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Promising glass film ready for the market

Picture a wafer-thin film that is invisibly incorporated into window glass to repel heat during the summer and let it in during the winter, saving hundreds of Euros in energy costs each year. This product, in a nutshell, is the result of an intensive collaboration between Yparex and Brightlands Materials Center (BMC,) a joint innovation center of TNO and the Province of Limburg, both of which are located at Brightlands Chemelot Campus in Geleen.

The crucial ingredient in this film is a special pigment developed at the campus by Brightlands Materials Center. “This functional pigment can switch between blocking and letting heat through based on a preset temperature,” BMC’s Ryan van Zandvoort explains. “It’s a property that is useful in laminated safety glass to better regulate the indoor climate of buildings, making a significant contribution to climate-neutral living.” “We went off in search of a party to help us and ended up with Yparex, right here at the same campus. That’s the advantage of the ecosystem here. It enables you to meet up with other companies, exchange ideas, and before you know it, you’re sitting down together to discuss a project.” 

Pigment opens door for innovative films 
Yparex was interested immediately. “Of course,” says Wouter van den Berg, commercial director. “We have a lot of experience with developing plastic films for various applications, including solar panels. This pigment appeared to be ideally suited for mixing with a special kind of plastic to produce a film. The final formula did take some time, but we managed to produce a film that can easily be added to laminate glass.”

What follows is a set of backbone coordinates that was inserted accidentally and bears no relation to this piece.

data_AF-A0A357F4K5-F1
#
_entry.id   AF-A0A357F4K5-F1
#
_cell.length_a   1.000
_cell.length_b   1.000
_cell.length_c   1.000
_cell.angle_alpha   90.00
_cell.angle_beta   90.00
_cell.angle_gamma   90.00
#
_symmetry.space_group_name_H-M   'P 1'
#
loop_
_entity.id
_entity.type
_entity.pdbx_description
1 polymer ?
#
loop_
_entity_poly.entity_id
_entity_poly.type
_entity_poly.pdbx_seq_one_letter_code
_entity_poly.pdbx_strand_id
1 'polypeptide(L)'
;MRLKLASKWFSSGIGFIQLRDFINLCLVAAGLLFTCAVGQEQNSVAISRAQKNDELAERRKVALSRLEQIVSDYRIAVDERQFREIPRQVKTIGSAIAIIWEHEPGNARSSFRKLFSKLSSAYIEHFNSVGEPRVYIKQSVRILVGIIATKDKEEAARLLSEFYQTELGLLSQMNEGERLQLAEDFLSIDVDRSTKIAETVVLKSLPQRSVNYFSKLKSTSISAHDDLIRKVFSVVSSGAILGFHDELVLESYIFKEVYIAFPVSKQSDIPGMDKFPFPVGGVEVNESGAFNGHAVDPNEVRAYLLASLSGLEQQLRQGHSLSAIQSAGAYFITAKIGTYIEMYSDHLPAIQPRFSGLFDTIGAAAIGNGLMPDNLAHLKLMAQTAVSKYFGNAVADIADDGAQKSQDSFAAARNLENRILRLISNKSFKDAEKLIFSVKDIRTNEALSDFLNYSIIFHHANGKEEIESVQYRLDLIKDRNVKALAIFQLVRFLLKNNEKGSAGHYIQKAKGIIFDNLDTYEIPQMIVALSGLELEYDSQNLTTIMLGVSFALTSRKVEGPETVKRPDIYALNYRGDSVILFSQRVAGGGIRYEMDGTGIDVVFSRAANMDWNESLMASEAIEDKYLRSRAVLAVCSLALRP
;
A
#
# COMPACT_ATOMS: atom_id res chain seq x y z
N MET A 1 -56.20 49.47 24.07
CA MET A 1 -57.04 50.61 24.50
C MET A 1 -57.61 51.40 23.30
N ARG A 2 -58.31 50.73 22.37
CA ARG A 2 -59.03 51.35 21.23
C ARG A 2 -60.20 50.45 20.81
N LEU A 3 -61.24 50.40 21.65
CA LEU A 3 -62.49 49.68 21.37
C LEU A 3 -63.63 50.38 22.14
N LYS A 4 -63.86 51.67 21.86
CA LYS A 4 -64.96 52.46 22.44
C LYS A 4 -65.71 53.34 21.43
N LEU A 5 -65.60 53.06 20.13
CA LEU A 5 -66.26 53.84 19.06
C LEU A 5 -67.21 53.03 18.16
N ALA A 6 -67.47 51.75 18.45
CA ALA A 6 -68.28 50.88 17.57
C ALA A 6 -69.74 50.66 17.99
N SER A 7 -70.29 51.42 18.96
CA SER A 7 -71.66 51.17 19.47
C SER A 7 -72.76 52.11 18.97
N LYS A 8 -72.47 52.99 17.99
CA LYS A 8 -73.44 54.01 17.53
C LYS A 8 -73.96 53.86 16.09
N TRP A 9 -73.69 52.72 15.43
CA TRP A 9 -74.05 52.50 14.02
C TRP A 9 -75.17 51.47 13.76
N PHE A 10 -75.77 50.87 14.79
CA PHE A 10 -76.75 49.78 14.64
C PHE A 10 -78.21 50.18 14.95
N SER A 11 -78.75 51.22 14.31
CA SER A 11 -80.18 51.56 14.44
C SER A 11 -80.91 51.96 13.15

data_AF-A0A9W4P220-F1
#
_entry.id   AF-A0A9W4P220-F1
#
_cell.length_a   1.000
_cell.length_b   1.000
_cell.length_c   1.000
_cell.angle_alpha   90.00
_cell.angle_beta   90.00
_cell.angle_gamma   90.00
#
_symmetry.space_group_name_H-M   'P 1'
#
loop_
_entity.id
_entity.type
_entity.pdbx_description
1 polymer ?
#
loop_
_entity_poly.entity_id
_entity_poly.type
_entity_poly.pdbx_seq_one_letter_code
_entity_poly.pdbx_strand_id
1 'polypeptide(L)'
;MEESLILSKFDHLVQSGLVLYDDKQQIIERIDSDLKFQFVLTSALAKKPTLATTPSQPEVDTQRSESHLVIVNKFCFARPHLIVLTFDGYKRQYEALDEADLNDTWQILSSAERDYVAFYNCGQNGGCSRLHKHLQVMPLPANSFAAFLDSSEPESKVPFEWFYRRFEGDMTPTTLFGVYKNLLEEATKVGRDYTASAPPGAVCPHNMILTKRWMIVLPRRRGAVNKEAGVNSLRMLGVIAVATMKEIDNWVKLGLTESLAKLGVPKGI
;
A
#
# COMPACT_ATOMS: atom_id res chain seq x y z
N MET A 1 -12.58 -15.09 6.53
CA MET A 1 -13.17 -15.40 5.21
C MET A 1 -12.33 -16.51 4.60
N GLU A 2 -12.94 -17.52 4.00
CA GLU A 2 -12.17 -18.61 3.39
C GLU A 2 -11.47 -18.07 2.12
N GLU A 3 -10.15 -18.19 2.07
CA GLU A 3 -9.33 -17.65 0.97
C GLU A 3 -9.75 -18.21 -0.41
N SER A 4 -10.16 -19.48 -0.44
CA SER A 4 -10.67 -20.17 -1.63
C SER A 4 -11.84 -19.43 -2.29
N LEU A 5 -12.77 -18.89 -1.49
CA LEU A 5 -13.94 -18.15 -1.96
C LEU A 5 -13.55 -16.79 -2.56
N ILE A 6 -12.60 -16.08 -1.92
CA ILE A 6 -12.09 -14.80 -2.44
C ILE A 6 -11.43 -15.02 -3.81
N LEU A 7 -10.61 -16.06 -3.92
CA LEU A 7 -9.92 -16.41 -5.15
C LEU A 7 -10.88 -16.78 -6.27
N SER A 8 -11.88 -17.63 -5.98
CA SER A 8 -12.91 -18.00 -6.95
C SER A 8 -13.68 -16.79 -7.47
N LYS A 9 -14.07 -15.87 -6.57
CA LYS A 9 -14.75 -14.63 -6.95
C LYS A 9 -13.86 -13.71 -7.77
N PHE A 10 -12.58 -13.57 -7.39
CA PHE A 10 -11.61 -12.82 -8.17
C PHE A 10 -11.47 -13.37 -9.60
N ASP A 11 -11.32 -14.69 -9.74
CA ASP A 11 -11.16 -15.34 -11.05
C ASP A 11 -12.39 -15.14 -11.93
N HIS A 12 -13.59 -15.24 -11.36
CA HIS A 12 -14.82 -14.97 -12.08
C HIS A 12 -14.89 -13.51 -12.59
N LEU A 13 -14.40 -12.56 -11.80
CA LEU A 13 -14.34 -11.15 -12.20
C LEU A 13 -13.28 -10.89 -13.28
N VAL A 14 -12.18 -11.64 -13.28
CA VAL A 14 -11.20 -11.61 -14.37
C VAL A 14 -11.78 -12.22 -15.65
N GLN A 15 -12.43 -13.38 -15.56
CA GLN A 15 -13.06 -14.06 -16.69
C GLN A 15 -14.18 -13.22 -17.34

Heat regulation without loss of transparency 
BMC developed the formula and manufactured the functional films to test the properties. “The results were excellent,” says Ryan van Zandvoort. “When it reaches a certain temperature, heat is kept out without any loss of transparency.” “By varying the composition of the pigment, we can control the temperature at which this occurs, making the film suitable for many different climates. It saves on the need for air conditioning in the summer and heating in the winter.” 

Profitable and user-friendly 
According to the latest calculations, the film yields energy savings of around 20 Euros per square meter of glass at the current Dutch energy prices. “This makes it more than interesting for the global construction industry,” adds Wouter van den Berg. “The great thing is that the film is easy to apply and doesn’t require any steering or energy. It’s user-friendly, in other words. The process is automatic and there is no wear and tear. We expect to see a lot of interest from major window manufacturers, for example. In principle, the film is ready for large-scale production and the market.” 

Less CO2
According to Ryan van Zandvoort, the innovation is also a great fit for another BMC project: a coating product with the same properties. “Both innovations contribute to lowering energy consumption and reducing CO2 emissions, one of our spearheads. Both developments can also be deployed for various applications in the construction industry. We expect the estimated payback period for the additional costs to be five to seven years.”
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